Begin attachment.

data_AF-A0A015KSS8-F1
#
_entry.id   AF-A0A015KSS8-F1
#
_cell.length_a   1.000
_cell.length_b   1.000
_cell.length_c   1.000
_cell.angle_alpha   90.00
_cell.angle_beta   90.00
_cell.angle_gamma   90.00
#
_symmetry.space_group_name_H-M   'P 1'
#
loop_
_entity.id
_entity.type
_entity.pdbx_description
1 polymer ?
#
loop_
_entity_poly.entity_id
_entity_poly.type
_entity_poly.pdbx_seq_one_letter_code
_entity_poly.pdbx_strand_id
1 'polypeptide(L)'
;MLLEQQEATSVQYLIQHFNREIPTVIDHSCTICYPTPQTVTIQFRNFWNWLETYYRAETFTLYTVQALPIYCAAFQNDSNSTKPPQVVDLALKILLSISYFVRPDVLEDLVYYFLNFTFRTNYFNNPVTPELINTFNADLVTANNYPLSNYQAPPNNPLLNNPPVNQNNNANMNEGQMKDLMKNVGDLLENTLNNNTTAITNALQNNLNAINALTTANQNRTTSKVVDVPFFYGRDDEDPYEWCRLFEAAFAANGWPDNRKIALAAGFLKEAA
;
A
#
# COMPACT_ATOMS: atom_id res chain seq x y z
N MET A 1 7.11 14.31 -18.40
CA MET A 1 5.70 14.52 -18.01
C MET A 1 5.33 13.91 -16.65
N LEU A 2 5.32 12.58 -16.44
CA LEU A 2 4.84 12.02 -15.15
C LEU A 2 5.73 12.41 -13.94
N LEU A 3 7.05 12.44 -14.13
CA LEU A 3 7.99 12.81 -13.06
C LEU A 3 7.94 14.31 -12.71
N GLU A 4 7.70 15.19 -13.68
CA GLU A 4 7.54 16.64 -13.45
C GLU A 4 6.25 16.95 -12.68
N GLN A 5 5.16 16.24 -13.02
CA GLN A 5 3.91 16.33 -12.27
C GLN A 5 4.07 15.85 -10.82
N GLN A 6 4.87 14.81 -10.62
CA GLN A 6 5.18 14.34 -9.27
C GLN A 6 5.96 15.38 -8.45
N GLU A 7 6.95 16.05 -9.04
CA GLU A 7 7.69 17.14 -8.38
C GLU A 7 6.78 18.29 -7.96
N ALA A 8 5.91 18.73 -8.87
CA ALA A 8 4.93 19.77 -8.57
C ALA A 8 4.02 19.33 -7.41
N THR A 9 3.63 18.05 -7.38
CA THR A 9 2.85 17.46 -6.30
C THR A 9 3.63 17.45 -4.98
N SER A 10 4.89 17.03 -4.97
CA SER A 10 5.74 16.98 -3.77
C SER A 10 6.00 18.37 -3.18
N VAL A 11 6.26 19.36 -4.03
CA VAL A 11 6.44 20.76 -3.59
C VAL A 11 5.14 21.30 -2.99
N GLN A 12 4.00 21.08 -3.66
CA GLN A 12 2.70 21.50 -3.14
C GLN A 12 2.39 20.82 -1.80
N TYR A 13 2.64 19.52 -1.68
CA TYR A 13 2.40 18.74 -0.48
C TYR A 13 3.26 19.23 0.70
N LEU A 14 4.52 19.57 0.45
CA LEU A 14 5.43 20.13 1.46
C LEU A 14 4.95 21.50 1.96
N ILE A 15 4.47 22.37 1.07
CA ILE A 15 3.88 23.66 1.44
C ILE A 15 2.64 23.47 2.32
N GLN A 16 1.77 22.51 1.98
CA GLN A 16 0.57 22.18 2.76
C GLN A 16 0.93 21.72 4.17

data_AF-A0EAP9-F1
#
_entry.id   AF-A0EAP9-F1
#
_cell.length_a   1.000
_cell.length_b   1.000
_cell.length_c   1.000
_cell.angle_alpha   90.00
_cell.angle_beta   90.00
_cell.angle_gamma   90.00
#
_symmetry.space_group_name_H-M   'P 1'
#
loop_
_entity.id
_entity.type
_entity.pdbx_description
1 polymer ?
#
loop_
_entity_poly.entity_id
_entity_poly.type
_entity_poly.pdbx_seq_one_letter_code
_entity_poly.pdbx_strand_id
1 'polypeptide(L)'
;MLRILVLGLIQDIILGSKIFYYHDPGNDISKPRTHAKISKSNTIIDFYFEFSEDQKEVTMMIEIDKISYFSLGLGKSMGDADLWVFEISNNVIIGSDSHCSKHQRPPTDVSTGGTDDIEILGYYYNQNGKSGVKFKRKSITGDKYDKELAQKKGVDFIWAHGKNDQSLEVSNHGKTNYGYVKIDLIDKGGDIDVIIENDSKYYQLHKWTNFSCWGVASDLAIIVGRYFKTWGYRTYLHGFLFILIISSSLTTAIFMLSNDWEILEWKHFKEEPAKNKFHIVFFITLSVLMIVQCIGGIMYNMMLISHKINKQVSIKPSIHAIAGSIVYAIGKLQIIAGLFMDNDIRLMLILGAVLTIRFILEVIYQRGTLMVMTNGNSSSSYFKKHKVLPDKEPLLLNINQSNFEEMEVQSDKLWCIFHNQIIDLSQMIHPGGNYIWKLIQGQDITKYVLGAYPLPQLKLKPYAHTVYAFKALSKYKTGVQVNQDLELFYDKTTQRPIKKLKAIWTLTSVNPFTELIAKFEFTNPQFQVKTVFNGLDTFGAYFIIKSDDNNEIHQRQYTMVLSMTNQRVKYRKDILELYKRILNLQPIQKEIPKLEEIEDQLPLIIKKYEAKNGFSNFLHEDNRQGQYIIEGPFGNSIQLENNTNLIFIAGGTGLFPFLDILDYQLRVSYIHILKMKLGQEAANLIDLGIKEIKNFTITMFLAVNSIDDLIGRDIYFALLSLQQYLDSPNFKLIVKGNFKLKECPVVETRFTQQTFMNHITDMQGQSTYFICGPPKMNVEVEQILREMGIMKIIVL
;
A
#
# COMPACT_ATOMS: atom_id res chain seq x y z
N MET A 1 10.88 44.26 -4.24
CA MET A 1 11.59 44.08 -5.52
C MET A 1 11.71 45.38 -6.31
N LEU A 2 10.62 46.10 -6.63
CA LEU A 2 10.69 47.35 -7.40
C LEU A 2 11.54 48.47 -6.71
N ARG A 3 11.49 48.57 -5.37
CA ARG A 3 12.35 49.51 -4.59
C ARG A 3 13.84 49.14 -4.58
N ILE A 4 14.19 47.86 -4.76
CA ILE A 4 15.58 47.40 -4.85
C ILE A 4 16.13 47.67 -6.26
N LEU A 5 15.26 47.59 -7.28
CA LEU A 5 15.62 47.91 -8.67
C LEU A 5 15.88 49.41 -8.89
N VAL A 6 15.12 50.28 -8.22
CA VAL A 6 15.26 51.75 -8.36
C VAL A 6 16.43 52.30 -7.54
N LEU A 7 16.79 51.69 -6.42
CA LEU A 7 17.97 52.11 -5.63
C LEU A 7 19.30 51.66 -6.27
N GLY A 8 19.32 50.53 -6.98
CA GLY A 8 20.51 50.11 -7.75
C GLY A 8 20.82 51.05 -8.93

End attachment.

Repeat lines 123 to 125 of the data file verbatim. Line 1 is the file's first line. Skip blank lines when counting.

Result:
C LEU A 5 15.88 49.41 -8.89
N VAL A 6 15.12 50.28 -8.22
CA VAL A 6 15.26 51.75 -8.36